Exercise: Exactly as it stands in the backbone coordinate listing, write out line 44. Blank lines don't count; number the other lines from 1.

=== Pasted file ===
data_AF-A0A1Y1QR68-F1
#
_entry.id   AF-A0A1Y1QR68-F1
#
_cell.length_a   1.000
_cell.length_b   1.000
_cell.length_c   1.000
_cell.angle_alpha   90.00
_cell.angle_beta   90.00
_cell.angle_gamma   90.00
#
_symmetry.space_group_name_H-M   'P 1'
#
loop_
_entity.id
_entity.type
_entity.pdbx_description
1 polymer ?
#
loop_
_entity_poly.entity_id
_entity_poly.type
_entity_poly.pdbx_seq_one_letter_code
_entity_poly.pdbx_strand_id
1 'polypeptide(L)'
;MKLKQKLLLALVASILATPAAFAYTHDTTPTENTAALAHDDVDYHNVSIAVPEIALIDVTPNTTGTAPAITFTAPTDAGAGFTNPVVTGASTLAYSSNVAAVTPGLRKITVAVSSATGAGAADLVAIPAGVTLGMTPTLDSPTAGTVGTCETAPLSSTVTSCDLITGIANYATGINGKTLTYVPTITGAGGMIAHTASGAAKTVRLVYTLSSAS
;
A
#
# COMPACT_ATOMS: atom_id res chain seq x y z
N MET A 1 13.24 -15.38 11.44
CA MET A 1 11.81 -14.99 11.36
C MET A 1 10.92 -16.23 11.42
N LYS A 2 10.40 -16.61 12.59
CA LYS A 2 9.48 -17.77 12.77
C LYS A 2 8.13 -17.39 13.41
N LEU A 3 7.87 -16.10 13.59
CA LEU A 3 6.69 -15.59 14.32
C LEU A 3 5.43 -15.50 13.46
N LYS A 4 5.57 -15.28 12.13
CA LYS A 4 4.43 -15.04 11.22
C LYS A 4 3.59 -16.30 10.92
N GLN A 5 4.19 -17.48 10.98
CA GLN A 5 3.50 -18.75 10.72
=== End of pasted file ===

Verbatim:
CA GLN A 5 3.50 -18.75 10.72